Research by the members of our lab can be conventionally divided into three stages. First (I), psychophysical and cognitive studies carried  out by Talis Bachmann between 1975 and 1992 in the labs of Department of Psychology, University of Tartu, Department of Psychology, Vanderbilt University, and in the Moscow University. Second (II), during 1993-2006 when the core of the group was forming, aided by support from Tallinn University, grants from Estonian Science Foundation, targeted financing from Scientific Competency  Council and the Estonian Center for Behavioral and Health Sciences. Third (III), since 2007 new rooms and new equipment have made it possible to supplement the primarily behavioral research based on psychophysical computer-aided visual  perception and attention experiments with empirical cognitive neuroscience research based on modern equipment of neuronavigation and EEG/TMS.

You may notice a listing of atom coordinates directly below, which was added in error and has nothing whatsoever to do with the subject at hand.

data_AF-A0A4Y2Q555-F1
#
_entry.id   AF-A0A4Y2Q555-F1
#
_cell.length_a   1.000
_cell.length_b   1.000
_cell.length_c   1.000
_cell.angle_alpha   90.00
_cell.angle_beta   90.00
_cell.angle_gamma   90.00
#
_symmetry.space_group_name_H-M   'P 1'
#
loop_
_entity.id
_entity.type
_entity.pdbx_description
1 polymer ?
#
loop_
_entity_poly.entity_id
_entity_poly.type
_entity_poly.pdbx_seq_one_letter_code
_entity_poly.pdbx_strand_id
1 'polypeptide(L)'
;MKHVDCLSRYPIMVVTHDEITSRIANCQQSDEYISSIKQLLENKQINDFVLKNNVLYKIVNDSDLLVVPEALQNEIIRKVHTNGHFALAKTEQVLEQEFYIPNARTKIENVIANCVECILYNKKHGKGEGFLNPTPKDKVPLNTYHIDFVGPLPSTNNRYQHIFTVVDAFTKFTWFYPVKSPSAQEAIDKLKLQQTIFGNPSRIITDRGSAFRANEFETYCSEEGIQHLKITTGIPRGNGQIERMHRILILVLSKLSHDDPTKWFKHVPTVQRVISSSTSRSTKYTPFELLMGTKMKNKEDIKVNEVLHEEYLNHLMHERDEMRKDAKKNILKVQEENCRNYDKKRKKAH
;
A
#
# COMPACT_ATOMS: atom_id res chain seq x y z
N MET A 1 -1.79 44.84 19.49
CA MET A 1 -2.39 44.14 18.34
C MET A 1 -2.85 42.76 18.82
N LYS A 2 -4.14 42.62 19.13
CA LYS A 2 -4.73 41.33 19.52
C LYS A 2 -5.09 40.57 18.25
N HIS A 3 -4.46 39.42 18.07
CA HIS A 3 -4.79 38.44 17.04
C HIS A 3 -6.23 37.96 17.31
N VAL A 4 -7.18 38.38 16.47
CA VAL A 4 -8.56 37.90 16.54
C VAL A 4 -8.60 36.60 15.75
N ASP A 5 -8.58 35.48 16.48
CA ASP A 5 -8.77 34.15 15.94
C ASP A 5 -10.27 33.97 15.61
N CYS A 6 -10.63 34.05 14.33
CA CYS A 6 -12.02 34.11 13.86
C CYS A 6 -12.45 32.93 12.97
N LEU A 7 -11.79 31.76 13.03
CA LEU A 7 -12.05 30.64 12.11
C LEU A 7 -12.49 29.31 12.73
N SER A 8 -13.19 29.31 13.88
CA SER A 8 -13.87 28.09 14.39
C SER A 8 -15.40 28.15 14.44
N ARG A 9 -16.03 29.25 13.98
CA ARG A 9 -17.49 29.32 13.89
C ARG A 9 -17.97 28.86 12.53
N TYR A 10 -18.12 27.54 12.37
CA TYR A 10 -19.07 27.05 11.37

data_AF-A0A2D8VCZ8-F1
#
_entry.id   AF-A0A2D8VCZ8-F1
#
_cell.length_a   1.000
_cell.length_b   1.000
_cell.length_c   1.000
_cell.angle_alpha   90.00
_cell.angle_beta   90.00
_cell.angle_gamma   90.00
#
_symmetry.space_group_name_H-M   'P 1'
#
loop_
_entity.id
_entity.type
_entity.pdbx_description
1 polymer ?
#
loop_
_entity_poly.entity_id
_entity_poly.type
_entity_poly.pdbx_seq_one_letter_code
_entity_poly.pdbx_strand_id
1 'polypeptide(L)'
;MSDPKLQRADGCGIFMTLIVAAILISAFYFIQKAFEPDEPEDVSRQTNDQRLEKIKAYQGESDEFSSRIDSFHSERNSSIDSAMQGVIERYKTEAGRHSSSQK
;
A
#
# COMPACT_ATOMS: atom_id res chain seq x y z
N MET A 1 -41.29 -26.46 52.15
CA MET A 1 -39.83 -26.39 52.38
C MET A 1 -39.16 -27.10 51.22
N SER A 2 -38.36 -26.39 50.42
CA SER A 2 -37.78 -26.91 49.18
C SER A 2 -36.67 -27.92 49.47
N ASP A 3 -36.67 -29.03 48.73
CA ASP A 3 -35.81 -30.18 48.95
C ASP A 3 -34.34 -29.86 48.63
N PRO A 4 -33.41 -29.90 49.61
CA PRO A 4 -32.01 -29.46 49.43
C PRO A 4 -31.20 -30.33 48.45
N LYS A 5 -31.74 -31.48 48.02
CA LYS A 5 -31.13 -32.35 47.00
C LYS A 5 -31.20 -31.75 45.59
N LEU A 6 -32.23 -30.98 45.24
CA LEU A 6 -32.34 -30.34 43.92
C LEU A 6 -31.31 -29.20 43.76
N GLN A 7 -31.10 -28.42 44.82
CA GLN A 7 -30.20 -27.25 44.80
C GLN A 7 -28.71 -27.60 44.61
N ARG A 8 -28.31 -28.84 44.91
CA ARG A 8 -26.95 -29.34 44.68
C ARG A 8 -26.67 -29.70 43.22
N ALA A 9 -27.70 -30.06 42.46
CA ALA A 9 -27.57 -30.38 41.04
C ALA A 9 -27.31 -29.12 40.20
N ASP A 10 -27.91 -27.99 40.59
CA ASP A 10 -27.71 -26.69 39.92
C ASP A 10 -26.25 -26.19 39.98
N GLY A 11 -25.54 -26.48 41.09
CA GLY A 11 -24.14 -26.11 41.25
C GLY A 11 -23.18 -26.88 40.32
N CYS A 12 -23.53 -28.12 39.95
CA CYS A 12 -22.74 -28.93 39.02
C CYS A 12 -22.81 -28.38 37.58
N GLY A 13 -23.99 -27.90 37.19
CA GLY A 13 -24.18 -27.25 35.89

While earlier research (I, II) consisted primarily of psychophysical experiments and their interpretation in terms of psychological (e.g., cognitive) information processing models, our current approach allows combine psychophysical/cognitive experiments with electrophysiological brain imaging and brain stimulation. Behavioral results become better interpretable in terms of the underlying brain mechanisms. A more detailed account of both earlier and current research can be found in the respective publications (please see Publications on this homepage).

From the stage III, some more recent research could be pointed out as follows.